# Analyzing Gender-Based Differences in Student GPAs in SPSS

In this statistical analysis, we use SPSS to answer the question of whether gender plays a role in shaping the academic performance of students. Our hypothesis (H1) postulated that there is a substantial difference in the mean GPAs between male and female students. Through rigorous examination of the data and the application of statistical tests, we aimed to shed light on this important question and to provide valuable insights into the educational landscape. Let's explore the evidence and findings that support this hypothesis.

## Problem Description:

In this SPSS Analysis homework, we conducted a statistical analysis to determine whether there is a statistically significant difference between the mean GPAs of male and female students. The dataset includes various categorical and numerical variables, with "gender" being the primary focus. The homework involves several key steps, including data analysis planning, testing assumptions, obtaining results, and concluding.

## Solution:

### STEP 1: THE DATA ANALYSIS PLAN

Id: Categorical, nominal

Lastname: Categorical, nominal

Firstname: Categorical, nominal

Gender: Categorical, nominal

Ethnicity: Categorical, nominal

Year: Categorical, Ordinal

Lowup: Categorical, ordinal

Section: Categorical, nominal

Gpa: scale

Extcr: Categorical, nominal

Review: Categorical, nominal

quiz1: Scale

quiz2: Scale

quiz3: Scale

quiz4: Scale

quiz5: Scale

final: Scale

total: Scale

percent: Scale

passfail: Categorical, nominal

Null hypothesis (H0): There is no statistically significant difference between the mean GPA of the two gender

Alternate hypothesis (H0): There is a statistically significant difference between the mean GPA of the two gender

### STEP 2: TESTING ASSUMPTION

Test of Homogeneity of Variances

Levene Statistic

df1

df2

Sig.

gpa

Based on Mean

.095

1

103

.758

Based on Median

.090

1

103

.764

Based on Median and with adjusted df

.090

1

99.430

.764

Based on trimmed mean

.104

1

103

.747

Here, the F is the test statistic of Levene’s test while the sig. is the p-value corresponding to this test statistic.

Using the p-value based on the Mean, the p-value of the levene’s test is .758 hence we conclude that the variance observed in GPA is not significantly different concerning gender. We therefore will be using the equal variance assumed row for the interpretation of our t-test.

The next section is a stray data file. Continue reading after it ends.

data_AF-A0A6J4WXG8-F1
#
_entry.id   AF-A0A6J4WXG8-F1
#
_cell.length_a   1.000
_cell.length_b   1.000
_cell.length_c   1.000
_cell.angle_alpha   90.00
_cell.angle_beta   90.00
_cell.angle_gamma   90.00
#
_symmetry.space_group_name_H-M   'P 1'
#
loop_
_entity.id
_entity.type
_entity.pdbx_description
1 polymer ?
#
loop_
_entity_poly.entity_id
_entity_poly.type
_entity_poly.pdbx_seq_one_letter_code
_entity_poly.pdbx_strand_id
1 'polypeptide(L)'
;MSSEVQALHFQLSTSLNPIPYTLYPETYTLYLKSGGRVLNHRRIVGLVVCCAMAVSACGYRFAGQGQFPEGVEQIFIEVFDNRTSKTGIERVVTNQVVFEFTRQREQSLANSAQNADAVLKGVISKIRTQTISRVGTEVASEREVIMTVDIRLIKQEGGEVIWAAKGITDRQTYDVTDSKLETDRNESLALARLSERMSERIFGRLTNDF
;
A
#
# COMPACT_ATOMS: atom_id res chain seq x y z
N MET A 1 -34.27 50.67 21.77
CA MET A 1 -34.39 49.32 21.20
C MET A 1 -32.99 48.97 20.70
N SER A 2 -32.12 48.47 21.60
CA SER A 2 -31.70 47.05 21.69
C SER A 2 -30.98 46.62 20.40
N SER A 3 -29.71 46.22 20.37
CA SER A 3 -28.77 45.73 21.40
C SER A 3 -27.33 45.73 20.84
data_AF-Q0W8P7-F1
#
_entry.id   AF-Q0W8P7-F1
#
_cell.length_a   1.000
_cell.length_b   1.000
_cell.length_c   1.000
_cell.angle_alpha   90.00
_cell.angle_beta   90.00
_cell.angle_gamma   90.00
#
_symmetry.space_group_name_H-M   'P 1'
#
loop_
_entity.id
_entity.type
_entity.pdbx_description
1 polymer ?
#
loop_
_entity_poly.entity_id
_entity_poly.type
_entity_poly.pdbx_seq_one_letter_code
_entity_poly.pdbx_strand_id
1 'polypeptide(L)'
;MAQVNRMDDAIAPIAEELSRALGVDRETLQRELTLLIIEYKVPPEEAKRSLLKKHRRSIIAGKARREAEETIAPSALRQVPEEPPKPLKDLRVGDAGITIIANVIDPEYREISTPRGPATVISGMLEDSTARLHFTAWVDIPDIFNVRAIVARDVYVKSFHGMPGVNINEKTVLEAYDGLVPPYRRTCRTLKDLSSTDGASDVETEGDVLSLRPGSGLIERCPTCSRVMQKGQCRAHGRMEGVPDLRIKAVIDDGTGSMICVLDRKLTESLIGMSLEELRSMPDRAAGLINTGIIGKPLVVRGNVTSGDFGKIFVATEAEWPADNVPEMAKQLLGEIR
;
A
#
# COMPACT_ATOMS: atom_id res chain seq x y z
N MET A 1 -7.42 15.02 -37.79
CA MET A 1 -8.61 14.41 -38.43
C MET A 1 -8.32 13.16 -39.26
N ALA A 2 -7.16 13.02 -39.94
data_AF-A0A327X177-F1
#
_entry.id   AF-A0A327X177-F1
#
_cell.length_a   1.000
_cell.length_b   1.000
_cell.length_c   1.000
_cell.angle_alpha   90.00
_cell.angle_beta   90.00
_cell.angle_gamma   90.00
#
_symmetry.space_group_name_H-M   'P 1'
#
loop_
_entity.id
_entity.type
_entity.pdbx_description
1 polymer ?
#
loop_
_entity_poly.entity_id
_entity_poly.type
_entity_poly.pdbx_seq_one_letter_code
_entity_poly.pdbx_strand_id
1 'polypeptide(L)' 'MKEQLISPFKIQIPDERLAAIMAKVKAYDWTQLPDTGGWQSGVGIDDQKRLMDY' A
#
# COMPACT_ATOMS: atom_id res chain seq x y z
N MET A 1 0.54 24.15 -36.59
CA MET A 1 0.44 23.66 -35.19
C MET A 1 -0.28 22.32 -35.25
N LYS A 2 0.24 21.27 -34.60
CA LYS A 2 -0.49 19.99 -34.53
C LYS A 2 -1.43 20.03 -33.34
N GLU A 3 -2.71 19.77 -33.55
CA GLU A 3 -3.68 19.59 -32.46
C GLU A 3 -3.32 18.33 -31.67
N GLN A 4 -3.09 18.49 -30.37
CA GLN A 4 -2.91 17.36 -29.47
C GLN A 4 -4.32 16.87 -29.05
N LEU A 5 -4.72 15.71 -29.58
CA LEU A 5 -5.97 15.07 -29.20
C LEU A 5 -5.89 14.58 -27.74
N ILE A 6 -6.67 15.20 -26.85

### STEP 3: RESULTS AND INTERPRETATION

Group Statistics

gender

N

Mean

Std. Deviation

Std. Error Mean

gpa

1

64

2.9719

.67822

.08478

2

41

2.6910

.73942

.11548

Independent Samples Test

Levene's Test for Equality of Variances

t-test for Equality of Means

F

Sig.

t

df

Sig. (2-tailed)

Mean Difference

Std. Error Difference

95% Confidence Interval of the Difference

Lower

Upper

gpa

Equal variances assumed

.095

.758

1.999

103

.048

.28090

.14055

.00215

.55965

Equal variances not assumed

1.961

79.985

.053

.28090

.14326

-.00419

.56599

Gender 1 is female and gender 2 is male. The mean GPA for the female gender is 2.9719 with a standard deviation of .67822 while the mean GPA for the male gender is 2.6910 with a standard deviation of .73942.

The second table shows whether there is a statistically significant difference between these values. The equal variance assumed row will be used because Levene’s test for equality of variances is not statistically significant.

The column Sig. (2-tailed) contains the p-value of the t-test which is 0.048, being less than 0.05, we will report that the mean GPA of females is significantly higher than the mean GPA of males.

The p-value < 0.05, therefore we reject the null hypothesis and accept the alternate hypothesis that: There is a statistically significant difference between the mean GPA of the two genders.

### STEP 4: STATISTICAL CONCLUSION

I have stated a null hypothesis and its alternate for an independent sample t-test that entails comparing the mean GPA between males and females for statistically significant differences. A Levene test was conducted to see if the variance observed between the two groups was statistically significant or not and it was found that the difference in variance was not statistically significant hence equal variance can be assumed.

Finally, a t-test was conducted and it showed that there is a statistically significant difference between the average GPA of females and that of males. Females have a higher mean, 2.9719, compared to males’ 2.6910. This implies that females, on average are more likely to have higher GPAs than males.

Possible alternative explanations for the result include that maybe a small sample size means the population is not well represented. Another observation is that only gender is considered here. Maybe if some other variables such as ethnicity and year were factored in, a difference would be observed in the outcome of this analysis.

A known limitation of the independent sample t-test is its sensitivity to sample sizes, independent sample t-test is known to be less robust to violations of the equal variance and normality assumptions when sample sizes are unequal as in this sample.